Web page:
1. Dellosso, Mike PTA
  2. Arevalo, Stevi

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Stevi Arevalo's day starts at 5:00 a.m. She climbs out of bed and jumps right into a 25-minute aerobic workout. "I figure since I sit most of the day, I should get some exercise," she says. Stevi is one of six schedulers for a large home health organization in southcentral Pennsylvania. Because of the COVID-19 pandemic she has been working from home for several months.


After her morning exercise, Stevi sits at her home desk to begin her day. Her primary responsibility is to manage and monitor clinician schedules to make sure they are kept full and all visits are covered. Every day she engages in a careful balancing act of keeping clinicians, supervisors, and patients happy. Scheduling isn't her only duty-there are emails to contend with, phone calls, supervisors to work with, meetings to attend, and special projects that need attention. It's enough to fill a day and then some.


Stevi usually starts her day tackling email (which may total 100 a day). She spends the first hour chipping away at them, but often the task isn't complete until 11:00. During that first hour she is also bouncing back and forth with the nursing and rehab supervisors to ensure all visits for the day are covered and finding solutions for uncovered visits. Some days this goes smoother than others.


"Today we had two clinicians call off," she reports. "Trying to find coverage for their visits can be quite a task." When a clinician calls off, their patients still need to be seen. Getting them assigned can be like a game of musical chairs. Stevi likes to keep patients with clinicians they've seen before if possible, so she checks to see which clinicians have seen them in the past. She then checks location, diagnosis, insurance, and any special instructions or requests the patient has. Once she has a good picture of the patient and who is best to cover the visit, she works with the supervisors to contact those clinicians to see if they are able or willing to pick up extra visits. "Today," she says, "I got lucky and had volunteers."


Most of this work takes place before 8:00 a.m. At 8:00, she begins receiving phone calls from nurses, therapists, and patients. "At this point it gets very busy because the more calls I receive the harder it is to complete my other tasks." It now feels like she's playing musical chairs while juggling multiple balls. At this point, the interruptions become constant but the pace of activity makes the day go by quickly.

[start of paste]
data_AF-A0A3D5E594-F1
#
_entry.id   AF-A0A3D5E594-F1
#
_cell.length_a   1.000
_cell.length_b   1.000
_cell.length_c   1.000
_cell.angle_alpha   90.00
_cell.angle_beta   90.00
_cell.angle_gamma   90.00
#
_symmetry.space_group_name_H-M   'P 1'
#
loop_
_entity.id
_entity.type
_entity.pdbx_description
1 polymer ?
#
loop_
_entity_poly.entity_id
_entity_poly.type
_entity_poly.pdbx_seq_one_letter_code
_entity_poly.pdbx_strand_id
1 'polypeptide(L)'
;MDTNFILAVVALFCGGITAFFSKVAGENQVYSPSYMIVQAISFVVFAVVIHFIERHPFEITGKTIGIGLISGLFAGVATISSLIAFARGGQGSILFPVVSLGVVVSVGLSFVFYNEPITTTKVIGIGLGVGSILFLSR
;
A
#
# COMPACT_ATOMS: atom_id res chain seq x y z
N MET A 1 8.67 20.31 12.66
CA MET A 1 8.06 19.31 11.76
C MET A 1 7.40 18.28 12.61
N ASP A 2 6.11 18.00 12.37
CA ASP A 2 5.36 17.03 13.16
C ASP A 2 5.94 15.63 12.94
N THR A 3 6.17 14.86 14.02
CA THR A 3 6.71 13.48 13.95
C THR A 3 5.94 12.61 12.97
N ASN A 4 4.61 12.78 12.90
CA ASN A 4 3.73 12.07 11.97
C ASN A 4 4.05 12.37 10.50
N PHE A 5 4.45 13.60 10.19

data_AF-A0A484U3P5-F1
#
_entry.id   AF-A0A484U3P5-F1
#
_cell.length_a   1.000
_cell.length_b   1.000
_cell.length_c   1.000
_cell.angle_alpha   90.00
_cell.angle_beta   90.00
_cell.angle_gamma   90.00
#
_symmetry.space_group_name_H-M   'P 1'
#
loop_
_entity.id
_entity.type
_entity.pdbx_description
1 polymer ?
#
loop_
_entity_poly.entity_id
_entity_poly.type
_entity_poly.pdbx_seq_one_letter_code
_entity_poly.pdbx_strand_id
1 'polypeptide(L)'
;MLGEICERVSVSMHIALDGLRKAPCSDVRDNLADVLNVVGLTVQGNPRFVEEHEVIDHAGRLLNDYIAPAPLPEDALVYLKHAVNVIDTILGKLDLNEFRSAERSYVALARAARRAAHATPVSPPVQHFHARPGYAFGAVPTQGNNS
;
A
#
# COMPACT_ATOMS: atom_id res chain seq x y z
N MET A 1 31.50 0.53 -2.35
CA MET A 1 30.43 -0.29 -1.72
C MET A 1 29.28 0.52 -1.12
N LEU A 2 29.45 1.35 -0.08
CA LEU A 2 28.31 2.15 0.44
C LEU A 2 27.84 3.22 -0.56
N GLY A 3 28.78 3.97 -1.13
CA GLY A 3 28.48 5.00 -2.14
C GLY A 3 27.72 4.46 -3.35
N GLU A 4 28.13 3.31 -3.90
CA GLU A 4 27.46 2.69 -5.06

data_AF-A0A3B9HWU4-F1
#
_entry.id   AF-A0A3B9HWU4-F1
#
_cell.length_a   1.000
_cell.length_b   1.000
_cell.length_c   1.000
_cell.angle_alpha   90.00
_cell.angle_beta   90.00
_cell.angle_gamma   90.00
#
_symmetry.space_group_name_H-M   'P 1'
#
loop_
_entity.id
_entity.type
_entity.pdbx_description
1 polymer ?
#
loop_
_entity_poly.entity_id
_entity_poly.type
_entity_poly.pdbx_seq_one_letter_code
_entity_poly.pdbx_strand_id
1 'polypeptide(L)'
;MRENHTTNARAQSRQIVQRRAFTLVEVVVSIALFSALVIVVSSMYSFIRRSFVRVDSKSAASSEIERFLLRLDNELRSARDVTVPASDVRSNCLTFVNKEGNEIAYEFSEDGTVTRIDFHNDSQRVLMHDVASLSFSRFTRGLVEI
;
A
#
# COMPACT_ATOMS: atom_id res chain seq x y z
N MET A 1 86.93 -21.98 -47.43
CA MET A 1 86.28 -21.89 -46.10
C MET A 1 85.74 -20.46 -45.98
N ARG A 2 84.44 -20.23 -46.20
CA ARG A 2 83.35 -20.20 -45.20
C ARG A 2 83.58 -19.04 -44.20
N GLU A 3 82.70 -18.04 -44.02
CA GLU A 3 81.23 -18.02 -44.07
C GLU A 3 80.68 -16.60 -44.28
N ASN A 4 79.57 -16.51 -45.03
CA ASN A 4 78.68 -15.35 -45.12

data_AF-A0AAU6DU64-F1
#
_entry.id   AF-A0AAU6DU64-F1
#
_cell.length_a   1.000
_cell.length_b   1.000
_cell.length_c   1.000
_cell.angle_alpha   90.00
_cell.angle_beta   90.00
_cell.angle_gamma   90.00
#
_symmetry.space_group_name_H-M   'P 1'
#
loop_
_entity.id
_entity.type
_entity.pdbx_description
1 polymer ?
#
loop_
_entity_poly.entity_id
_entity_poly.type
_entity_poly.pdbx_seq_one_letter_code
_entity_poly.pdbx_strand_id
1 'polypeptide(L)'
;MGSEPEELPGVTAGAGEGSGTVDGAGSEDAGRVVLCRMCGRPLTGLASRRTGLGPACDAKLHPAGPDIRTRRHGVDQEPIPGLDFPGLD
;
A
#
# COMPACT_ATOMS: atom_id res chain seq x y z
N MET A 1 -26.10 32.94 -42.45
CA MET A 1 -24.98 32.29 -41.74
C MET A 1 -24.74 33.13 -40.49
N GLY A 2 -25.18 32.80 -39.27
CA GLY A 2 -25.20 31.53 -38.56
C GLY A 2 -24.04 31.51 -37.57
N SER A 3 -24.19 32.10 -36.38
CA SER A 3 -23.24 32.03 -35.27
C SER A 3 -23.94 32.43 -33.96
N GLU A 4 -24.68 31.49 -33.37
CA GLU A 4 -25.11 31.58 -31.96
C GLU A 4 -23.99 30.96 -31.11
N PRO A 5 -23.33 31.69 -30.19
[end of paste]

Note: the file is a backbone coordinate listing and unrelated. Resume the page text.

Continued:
"Most of the calls I receive are easy going, which I do appreciate," Stevi says. But at times she receives calls from unhappy patients wondering why they did not receive a promised visit or upset because their clinician is running late. With these calls, Stevi does her best to fix the situation on her end, then refers the patient to a supervisor to complete the service recovery. In the midst of dealing with all this, Stevi has meetings to attend as well.


"I usually have one meeting in the morning to go over uncovered visits." This meeting is with all the schedulers and supervisors to review uncovered visits and plan how those visits will be covered. There is also an afternoon meeting to make the supervisors aware of what visits might be uncovered for the following day. Stevi said, "This helps us all get an idea of what tomorrow will look like."


At the end of her shift, Stevi finishes up responding to messages that came in during the day and gets all schedules as complete as she can, hoping there will be less to do in the morning. It is a hope that is rarely enjoyed. Her whirlwind day ends between 3:30 and 4:00 with a sigh of relief.